MINI-REVIEWS: A Christmas Carol, Agnes Grey, Mike & Psmith

MINI-REVIEWS: A Christmas Carol, Agnes Grey, Mike & PsmithA Christmas Carol by Charles Dickens
Published: Project Gutenberg (1843), eBook, 104pg
Genres: Fiction, Fantasy
Source: Public Domain


Summary:

Cruel miser Ebeneezer Scrooge has never met a shilling he doesn't like...and hardly a man he does. And he hates Christmas most of all. When Scrooge is visited by his old partner, Jacob Marley, and the ghosts of Christmas Past, Christmas Present, and Christmas Yet to Come, he learns eternal lessons of charity, kindness, and goodwill. Experience a true Victorian Christmas!

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I have a bad history with Charles Dickens. I was forced to read at least one of his books in school– Great Expectations— and it had left a great stain of anti-Dickens sentiment upon my soul. I hate Dickens! I hate his dour stories, his depressing characters, and the whole dank coating of gloom that hovers over his books. I don’t even watch the TV show versions, and I can only enjoy Oliver Twist if it’s in the musical format. So it was with some surprise that last month I found myself somewhat willing to give Dickens another shot. I didn’t want to start off ambitiously– I wasn’t about to read Nicholas Nickleby or, heaven forbid, A Tale of Two Cities, not when I still felt MOSTLY anti-Dickens– but I thought I might make it through a shorter Dickens work. And as it’s coming up on Christmas: I chose A Christmas Carol.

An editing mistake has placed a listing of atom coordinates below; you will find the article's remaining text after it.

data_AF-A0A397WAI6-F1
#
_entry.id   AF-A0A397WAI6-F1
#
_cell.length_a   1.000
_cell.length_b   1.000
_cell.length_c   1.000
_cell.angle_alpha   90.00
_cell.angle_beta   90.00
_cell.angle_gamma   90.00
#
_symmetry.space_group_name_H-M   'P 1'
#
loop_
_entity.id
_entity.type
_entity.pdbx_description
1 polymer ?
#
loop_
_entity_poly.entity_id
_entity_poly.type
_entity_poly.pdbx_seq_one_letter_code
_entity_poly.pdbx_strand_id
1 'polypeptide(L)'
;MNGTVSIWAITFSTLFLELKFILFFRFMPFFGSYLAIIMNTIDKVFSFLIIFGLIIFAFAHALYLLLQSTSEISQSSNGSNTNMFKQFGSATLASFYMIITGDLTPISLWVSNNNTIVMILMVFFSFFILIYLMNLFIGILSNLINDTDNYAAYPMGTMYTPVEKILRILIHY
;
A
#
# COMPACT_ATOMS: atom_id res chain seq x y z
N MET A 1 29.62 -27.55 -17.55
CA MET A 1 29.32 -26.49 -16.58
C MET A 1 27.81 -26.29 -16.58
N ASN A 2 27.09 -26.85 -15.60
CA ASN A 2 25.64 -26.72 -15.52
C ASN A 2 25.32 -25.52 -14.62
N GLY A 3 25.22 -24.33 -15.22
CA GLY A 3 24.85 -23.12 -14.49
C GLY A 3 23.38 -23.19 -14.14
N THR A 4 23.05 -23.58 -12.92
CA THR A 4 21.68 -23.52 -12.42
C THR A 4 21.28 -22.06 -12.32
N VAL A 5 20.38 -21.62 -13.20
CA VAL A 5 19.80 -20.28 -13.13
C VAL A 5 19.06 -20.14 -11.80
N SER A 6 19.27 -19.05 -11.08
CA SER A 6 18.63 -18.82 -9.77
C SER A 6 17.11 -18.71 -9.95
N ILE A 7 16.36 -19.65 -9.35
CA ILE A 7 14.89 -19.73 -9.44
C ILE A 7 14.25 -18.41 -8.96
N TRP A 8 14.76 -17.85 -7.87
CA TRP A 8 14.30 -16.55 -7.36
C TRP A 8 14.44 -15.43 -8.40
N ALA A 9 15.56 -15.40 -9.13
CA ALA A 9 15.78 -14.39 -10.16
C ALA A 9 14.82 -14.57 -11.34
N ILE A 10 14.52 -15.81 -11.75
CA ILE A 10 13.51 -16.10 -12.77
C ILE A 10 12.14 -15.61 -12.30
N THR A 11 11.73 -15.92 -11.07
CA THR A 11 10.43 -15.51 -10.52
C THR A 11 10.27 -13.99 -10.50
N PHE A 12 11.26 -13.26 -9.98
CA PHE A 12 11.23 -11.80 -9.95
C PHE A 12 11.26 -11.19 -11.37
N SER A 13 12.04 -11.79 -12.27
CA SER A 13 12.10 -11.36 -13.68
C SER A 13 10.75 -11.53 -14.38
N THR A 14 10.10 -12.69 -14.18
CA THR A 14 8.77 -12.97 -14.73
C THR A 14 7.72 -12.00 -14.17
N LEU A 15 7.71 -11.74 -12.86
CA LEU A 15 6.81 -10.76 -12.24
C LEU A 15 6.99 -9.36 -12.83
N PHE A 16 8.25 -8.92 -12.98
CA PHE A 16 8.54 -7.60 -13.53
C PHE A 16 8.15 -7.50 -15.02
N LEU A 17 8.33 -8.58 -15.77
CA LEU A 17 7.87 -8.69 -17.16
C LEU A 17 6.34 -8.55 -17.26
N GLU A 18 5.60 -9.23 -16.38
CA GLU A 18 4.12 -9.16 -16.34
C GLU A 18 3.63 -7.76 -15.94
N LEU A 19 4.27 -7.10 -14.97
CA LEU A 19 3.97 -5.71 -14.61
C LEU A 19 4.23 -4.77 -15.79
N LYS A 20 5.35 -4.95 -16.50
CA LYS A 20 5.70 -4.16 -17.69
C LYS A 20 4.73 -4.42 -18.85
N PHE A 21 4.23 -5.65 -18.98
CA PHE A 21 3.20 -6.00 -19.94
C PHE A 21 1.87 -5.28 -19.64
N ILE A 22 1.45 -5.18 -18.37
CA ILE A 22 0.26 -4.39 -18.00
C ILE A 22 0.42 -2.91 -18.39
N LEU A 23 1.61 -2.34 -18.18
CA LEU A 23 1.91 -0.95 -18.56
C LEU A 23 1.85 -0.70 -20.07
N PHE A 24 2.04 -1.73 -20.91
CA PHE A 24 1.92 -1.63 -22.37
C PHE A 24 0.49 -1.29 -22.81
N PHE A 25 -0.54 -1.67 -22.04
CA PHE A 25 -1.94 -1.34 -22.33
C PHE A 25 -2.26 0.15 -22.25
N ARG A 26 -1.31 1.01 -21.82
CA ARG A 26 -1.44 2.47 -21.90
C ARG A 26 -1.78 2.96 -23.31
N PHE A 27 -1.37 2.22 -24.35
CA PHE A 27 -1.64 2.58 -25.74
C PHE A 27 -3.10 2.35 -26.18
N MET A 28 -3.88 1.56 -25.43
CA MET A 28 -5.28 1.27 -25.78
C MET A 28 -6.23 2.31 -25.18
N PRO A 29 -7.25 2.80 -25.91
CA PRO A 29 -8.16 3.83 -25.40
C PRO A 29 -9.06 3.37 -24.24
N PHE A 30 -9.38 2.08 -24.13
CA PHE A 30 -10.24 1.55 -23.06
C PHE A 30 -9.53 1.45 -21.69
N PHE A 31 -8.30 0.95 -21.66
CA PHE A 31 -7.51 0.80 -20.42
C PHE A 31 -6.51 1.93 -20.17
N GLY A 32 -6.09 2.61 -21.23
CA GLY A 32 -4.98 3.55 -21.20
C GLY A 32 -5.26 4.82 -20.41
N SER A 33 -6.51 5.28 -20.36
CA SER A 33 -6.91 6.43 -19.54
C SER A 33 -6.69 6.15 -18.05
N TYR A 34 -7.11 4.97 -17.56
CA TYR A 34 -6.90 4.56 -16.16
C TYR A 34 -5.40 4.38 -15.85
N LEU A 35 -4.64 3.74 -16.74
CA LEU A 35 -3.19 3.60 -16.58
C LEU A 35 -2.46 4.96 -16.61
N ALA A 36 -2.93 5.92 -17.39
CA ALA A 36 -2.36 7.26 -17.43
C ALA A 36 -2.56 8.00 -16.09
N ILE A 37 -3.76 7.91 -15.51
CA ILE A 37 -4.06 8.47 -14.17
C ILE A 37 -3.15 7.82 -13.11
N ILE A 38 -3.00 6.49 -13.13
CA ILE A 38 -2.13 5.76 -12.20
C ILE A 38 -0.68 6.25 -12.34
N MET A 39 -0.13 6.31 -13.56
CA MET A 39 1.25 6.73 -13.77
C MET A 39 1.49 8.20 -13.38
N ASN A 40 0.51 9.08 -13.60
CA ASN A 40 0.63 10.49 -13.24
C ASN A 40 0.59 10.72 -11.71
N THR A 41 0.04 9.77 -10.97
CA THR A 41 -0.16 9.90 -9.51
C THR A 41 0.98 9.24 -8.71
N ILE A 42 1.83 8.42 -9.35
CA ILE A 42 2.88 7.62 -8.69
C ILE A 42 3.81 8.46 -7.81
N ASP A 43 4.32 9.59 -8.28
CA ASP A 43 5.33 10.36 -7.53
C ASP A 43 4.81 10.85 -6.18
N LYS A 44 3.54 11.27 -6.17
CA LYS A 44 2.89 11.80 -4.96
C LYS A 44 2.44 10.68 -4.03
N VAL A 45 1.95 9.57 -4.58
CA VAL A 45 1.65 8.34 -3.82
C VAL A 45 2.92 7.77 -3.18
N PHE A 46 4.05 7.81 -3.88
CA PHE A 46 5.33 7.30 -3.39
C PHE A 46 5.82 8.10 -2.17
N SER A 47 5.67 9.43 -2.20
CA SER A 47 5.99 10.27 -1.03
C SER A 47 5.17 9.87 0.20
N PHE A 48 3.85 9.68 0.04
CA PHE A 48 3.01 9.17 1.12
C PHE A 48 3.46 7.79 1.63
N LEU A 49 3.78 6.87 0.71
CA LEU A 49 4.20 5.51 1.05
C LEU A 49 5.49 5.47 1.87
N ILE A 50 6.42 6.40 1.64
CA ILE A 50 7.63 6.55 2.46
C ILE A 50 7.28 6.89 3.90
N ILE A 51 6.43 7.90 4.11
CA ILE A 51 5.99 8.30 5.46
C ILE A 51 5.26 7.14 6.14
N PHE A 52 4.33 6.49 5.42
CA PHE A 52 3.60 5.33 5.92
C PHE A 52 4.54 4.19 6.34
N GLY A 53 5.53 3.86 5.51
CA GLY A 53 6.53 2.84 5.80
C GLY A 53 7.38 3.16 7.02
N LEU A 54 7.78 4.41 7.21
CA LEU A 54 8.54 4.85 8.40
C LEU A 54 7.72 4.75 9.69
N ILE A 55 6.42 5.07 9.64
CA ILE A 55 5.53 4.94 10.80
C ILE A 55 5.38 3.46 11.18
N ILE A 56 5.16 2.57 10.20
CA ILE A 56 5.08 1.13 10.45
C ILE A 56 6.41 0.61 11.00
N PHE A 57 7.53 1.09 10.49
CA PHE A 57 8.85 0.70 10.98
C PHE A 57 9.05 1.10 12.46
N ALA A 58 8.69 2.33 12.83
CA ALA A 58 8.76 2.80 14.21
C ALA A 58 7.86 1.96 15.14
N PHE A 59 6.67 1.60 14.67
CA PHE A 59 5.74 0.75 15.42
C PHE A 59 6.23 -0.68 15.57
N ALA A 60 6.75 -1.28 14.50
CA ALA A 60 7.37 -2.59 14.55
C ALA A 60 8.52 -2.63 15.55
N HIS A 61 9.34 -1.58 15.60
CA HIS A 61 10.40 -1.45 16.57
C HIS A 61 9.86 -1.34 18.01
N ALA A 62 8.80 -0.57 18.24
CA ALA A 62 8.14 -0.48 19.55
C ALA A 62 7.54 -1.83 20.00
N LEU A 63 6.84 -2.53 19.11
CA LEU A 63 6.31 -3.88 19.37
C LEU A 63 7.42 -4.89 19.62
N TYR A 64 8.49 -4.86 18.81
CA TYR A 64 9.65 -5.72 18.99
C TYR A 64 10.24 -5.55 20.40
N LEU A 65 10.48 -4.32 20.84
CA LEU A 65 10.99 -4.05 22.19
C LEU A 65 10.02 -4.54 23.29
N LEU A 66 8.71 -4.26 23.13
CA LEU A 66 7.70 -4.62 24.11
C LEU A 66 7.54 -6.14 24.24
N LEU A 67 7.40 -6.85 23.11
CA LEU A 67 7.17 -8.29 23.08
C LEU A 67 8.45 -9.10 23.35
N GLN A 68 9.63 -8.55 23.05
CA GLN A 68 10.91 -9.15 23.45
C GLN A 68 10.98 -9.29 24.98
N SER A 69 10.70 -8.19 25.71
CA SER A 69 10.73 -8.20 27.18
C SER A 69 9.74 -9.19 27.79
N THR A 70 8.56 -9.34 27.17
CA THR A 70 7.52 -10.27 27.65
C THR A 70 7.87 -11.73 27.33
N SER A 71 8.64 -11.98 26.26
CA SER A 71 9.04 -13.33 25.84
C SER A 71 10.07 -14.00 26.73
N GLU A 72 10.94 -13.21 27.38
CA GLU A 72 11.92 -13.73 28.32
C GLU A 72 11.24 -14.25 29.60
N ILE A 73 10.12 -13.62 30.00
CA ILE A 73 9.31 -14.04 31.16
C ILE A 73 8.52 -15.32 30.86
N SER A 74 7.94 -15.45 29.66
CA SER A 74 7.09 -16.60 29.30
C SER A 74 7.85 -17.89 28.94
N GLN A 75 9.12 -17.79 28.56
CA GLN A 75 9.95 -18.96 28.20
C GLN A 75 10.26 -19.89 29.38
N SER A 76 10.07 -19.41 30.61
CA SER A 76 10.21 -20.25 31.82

Well! I had a pleasant surprise. A Christmas Carol is funny, touching, and laced with enough sarcasm throughout that I think even people who hate Christmastime (or Dickens) would like it. It’s also really short, so Dickens doesn’t have a chance to do that infernal wordcount padding that all serialists seem to do, and it’s entertaining enough that the story really does just fly by. I had such a good time reading it that I feel slightly more up to reading a longer Dickens story now! Although it definitely will not be Great Expectations.

Read: December 2-3, 2010

MINI-REVIEWS: A Christmas Carol, Agnes Grey, Mike & PsmithAgnes Grey by Anne Bronte
Published: Girlebooks (1847), eBook, 251pg